Starting a Family & Teaching Kids to Save
Should You Tie School Performance to Allowance?
Paying for school performance has been a point of contention for parents, child psychologists and educators for decades. While the consensus tends to lean towards separating children’s allowance from school achievement after all kids are expected to work hard or good grades there is a growing contingent of parents who believe that tying allowance to grades can provide the right motivation if it is done in the right context. Rewarding good, consistent performance in all areas, such as school achievement, daily chores, and outstanding behavior is no different than what kids will come to expect in the workplace. The sooner they understand how goals and expectations are set to be met the better prepared they will be when it comes time to managing their own priorities and responsibilities. The mistake parents make is not framing an allowance program around specific expectations and guidelines. There is only a fine line between what a teen understands as a responsibility and what they perceive as an entitlement.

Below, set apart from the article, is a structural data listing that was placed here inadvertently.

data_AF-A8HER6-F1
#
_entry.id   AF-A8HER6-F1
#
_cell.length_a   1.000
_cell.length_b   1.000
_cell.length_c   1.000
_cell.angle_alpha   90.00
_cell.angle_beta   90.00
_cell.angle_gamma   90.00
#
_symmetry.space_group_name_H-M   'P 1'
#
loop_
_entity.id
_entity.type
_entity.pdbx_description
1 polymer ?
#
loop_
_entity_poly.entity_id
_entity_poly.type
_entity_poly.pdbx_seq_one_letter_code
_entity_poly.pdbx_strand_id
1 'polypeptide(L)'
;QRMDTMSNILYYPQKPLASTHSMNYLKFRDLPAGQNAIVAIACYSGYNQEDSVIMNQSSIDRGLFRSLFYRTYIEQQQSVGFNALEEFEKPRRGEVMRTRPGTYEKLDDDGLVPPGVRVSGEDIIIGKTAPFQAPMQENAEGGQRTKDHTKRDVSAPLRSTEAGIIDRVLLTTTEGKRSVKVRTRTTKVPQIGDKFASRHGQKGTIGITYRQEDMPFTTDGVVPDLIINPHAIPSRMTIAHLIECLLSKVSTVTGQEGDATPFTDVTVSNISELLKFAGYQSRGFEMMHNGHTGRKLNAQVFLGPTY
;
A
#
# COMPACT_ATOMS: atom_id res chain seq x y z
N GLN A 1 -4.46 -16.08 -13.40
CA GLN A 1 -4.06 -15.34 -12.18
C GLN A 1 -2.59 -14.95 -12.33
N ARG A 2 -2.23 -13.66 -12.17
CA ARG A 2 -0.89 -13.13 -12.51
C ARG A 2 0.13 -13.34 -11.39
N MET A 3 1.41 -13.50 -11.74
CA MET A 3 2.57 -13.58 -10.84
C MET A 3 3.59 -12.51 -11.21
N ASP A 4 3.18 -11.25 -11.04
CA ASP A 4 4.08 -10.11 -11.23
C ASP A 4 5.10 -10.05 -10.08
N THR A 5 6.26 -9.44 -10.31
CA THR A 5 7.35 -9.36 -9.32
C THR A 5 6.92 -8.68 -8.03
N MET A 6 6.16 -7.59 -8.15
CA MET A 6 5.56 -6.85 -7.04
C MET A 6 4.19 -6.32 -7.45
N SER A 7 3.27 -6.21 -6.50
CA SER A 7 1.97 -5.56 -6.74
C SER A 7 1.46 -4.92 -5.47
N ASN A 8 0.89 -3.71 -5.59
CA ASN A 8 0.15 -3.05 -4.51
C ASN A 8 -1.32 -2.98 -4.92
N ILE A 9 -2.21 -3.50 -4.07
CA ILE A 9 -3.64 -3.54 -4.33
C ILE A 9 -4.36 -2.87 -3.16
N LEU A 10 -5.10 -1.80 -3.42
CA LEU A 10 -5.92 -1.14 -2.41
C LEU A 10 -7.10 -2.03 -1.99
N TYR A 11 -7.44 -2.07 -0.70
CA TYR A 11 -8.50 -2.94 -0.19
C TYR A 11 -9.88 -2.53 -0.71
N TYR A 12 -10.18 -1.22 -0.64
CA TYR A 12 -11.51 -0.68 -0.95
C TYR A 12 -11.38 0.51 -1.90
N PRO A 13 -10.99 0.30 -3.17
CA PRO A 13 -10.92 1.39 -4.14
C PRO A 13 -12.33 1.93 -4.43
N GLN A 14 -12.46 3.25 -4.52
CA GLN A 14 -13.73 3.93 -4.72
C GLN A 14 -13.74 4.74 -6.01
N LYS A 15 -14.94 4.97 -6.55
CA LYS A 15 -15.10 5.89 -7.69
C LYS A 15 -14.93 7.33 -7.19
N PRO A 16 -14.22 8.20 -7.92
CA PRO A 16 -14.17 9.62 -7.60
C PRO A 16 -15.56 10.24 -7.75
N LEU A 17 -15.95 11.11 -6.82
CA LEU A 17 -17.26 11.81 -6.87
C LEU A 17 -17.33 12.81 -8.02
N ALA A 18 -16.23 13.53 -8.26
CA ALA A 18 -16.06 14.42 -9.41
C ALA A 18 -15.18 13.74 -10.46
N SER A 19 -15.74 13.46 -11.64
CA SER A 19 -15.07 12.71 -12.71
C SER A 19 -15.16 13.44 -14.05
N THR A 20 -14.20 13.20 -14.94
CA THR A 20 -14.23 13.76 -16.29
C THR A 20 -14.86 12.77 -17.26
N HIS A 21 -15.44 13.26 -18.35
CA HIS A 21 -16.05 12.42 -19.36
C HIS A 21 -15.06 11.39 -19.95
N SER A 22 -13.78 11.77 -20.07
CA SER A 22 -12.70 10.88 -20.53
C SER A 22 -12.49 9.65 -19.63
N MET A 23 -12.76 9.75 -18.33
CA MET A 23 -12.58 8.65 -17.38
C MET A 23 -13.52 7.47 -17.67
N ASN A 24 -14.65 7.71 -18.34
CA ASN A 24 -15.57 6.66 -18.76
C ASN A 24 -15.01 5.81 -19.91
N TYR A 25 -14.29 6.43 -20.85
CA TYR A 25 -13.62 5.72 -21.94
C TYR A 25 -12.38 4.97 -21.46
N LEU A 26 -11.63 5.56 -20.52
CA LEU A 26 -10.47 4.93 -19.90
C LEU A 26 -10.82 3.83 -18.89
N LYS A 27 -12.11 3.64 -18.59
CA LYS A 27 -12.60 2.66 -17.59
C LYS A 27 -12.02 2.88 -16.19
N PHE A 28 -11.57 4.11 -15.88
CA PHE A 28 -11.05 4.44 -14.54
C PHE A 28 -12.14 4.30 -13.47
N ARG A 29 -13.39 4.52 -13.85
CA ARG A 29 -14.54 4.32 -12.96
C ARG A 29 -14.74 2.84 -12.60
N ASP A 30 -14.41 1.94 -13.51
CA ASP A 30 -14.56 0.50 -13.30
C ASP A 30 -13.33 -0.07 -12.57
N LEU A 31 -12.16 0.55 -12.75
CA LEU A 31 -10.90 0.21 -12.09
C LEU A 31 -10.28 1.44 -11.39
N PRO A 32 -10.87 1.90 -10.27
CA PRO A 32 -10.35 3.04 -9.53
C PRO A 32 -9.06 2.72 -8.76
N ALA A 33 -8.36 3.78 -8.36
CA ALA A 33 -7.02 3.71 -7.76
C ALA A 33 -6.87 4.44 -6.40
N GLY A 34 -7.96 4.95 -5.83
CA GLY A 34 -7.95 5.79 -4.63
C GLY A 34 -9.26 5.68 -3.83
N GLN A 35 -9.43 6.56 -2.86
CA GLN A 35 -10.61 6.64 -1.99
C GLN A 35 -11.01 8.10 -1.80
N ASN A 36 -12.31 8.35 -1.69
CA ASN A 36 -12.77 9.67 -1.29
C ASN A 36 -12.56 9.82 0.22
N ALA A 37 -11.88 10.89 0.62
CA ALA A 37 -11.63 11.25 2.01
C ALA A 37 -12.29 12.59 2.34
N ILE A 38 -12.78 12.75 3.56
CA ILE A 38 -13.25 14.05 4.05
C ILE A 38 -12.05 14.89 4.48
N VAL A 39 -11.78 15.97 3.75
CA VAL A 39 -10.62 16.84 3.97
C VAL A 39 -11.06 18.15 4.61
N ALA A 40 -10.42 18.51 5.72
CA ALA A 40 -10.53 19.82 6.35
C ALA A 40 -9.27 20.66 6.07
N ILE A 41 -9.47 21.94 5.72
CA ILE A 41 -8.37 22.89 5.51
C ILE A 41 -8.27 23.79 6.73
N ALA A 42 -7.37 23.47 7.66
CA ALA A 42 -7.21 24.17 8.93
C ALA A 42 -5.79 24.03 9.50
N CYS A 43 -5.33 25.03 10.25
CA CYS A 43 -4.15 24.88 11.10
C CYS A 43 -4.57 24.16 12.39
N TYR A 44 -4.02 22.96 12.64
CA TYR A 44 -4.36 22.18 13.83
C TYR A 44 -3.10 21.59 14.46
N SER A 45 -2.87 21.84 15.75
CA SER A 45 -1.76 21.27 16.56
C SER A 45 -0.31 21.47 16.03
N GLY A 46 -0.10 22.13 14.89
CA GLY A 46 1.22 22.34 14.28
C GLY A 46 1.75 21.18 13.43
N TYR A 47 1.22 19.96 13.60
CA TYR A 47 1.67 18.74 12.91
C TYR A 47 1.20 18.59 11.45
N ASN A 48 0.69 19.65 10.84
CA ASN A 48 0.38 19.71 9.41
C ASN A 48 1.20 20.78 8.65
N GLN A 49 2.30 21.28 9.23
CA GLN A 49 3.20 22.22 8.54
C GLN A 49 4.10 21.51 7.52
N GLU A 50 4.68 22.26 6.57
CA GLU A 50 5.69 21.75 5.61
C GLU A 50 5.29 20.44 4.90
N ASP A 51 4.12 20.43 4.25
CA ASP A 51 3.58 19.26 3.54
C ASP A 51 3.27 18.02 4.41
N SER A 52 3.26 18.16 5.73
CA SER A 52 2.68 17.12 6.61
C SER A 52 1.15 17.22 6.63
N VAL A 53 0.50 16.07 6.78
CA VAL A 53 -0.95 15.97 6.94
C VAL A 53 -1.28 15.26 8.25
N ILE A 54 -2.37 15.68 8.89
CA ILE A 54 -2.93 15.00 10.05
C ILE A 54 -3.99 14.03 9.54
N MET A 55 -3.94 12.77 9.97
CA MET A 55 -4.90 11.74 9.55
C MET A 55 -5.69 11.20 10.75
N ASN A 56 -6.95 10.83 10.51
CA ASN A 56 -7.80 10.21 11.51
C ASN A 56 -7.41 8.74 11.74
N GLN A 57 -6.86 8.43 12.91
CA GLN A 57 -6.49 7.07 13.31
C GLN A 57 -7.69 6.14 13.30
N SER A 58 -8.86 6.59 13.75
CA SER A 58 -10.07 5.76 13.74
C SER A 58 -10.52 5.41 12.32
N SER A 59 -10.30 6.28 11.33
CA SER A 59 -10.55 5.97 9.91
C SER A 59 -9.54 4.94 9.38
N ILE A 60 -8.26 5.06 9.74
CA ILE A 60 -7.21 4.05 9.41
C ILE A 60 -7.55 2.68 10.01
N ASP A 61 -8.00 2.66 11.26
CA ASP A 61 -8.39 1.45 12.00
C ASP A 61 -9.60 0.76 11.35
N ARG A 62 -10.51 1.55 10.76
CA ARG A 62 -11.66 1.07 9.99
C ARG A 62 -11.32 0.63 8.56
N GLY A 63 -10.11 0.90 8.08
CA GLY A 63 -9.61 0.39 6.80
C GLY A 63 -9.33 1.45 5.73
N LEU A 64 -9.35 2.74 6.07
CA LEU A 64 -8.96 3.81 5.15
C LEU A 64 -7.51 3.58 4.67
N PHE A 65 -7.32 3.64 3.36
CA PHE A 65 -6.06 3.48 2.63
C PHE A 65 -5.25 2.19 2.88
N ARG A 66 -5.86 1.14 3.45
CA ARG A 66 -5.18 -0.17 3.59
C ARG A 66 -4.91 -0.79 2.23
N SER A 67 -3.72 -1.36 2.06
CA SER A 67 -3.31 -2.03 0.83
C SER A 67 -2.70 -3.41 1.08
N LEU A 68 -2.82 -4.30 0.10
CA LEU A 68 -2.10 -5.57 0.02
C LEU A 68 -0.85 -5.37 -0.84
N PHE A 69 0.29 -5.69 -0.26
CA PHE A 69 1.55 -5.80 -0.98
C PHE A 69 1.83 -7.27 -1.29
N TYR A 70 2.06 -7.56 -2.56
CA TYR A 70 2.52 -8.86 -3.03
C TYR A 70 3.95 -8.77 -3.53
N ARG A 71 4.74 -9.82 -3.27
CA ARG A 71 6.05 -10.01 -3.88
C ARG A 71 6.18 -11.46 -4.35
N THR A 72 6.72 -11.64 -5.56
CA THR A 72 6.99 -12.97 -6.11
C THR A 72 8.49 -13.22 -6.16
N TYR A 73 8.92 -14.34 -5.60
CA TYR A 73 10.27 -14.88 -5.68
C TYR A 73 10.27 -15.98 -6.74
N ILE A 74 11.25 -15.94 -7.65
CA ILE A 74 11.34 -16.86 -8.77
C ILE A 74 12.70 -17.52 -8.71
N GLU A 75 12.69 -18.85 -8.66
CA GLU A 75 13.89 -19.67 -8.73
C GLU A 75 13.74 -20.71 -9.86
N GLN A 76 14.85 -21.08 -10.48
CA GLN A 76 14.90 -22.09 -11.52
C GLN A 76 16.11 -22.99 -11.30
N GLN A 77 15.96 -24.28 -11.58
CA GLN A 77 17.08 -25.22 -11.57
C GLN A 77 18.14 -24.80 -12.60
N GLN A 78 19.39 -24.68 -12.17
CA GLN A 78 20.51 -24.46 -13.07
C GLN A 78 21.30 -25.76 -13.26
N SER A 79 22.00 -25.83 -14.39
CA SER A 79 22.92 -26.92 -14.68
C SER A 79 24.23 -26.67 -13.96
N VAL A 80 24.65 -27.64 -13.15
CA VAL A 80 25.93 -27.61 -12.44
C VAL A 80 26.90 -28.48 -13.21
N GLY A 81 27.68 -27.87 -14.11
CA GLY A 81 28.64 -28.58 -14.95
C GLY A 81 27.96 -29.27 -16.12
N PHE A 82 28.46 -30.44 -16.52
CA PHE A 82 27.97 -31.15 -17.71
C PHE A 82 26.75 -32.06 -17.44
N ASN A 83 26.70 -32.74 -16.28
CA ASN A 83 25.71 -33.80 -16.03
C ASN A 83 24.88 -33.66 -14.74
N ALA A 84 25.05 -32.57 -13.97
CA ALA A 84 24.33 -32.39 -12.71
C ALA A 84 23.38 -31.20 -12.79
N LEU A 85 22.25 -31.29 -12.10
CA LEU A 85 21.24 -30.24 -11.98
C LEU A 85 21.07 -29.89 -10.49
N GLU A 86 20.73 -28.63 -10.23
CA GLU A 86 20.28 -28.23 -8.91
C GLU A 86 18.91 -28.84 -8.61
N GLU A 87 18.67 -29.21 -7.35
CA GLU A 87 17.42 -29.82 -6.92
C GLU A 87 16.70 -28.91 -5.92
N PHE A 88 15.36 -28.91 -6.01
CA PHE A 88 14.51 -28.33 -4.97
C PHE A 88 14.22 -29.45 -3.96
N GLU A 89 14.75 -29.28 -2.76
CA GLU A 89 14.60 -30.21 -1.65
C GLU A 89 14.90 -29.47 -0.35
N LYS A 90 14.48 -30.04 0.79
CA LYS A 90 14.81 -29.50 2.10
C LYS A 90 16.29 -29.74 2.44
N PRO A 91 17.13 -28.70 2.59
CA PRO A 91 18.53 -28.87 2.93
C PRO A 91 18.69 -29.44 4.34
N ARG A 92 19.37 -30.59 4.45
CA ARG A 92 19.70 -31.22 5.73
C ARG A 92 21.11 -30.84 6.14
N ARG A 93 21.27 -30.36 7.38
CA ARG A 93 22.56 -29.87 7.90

- Make school achievement and home chores a part of the same set of expectations.
- Establish a pay scale based on performance. Poor performance should not be rewarded at the same pay scale as good or superior performance.
- Have your teen take on responsibility for specific expenses such as clothing, supplies or activities beyond the basics.
- Take your teen to the bank to set up a savings account to which he or she must commit a percentage of their earnings.
- If your teen has his sights set on a big purchase, work with him to set up a budget and a savings plan. In some cases, you can help your teen to his goal by matching a percentage of his savings.
- Review overall performance once a quarter and discuss how well expectations are being met.
- Don’t withhold allowance as punishment for bad behavior. That should be treated with separate conditions and consequences.